10 Sikkim Democratic Front MLAs join BJP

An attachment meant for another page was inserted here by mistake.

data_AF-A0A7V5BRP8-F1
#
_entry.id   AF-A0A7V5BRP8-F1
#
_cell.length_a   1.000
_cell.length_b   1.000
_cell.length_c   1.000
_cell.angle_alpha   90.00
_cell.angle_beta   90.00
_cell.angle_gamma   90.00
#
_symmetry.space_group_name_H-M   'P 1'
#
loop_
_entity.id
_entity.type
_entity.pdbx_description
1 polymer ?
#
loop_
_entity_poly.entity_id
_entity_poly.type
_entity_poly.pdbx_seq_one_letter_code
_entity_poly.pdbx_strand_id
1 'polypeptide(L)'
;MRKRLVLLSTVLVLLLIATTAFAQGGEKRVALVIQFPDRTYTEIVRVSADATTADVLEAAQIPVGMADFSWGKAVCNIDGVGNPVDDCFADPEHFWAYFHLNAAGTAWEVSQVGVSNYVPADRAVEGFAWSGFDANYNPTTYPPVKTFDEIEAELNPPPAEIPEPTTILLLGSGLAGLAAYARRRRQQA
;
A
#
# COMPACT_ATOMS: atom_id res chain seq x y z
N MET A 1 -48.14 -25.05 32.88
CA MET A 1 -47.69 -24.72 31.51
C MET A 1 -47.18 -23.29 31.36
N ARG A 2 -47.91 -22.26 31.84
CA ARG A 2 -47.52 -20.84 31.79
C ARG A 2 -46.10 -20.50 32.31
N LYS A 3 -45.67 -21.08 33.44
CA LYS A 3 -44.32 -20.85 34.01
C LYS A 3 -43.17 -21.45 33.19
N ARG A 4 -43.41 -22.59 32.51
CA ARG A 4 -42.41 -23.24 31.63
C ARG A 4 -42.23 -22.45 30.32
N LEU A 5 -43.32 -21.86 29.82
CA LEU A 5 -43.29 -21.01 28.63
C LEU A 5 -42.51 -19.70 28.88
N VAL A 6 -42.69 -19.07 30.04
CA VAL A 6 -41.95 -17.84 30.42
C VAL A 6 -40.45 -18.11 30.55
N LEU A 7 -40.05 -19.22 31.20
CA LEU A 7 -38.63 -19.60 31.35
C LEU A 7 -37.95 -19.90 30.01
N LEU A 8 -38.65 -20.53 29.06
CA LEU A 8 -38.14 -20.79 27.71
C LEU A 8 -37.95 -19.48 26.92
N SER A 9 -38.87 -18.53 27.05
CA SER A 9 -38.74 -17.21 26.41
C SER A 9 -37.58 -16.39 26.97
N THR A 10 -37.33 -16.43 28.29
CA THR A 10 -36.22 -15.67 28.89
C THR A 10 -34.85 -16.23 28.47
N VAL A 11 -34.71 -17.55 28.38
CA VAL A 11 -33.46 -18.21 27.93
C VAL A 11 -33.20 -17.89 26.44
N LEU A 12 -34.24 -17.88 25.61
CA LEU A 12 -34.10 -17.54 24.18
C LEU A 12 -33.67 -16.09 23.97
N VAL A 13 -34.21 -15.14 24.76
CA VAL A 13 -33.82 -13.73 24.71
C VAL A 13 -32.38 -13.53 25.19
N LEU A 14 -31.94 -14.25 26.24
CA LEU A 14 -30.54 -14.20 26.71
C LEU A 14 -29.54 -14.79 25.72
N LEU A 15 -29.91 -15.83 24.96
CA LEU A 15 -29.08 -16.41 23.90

first_imgTen MLAs of the Sikkim Democratic Front (SDF) joined the BJP on Tuesday, making the latter the main Opposition party in the Sikkim, where it failed to win a single seat in the recent Assembly polls. The MLAs joined the BJP in the presence of its national general secretary Ram Madhav, who is in-charge of the party’s affairs in the northeast, and later met party working president J.P. Nadda.Mr. Madhav told reporters that the SDF had a strength of 13 MLAs and its legislature party had decided to merge with the BJP.The BJP is running governments as the main party or in alliance with regional parties in all the northeastern States except Sikkim. With this development, the BJP will become the principal Opposition party in Sikkim.The party won 15 seats while its rival, the Sikkim Krantikari Morcha (SKM), won 17 in the 32-member Assembly. Since two of the SDF MLAs had won from two seats, they resigned from one seat each, reducing the party’s strength to 13 in the House. The SDF was an NDA ally, but now the SKM has replaced it as a member of the BJP-headed North East Democratic Alliance.The MLAs who joined the BJP include Dorjee Tshering Lepcha, who has served as a Minister thrice in the Chamling government and is a five-term MLA, and three-term MLA Ugen Gyatso.Lone rangerThe SDF tried to put up a brave front saying that people of Sikkim were not used to national parties and one had to wait and watch to see how far this “new experiment” went.The SDF is now left with only one MLA —Mr. Chamling himself. “We are certainly facing the most challenging times,” SDF spokesperson P.D. Rai told The Hindu.(With inputs from Shiv Sahay Singh)last_img read more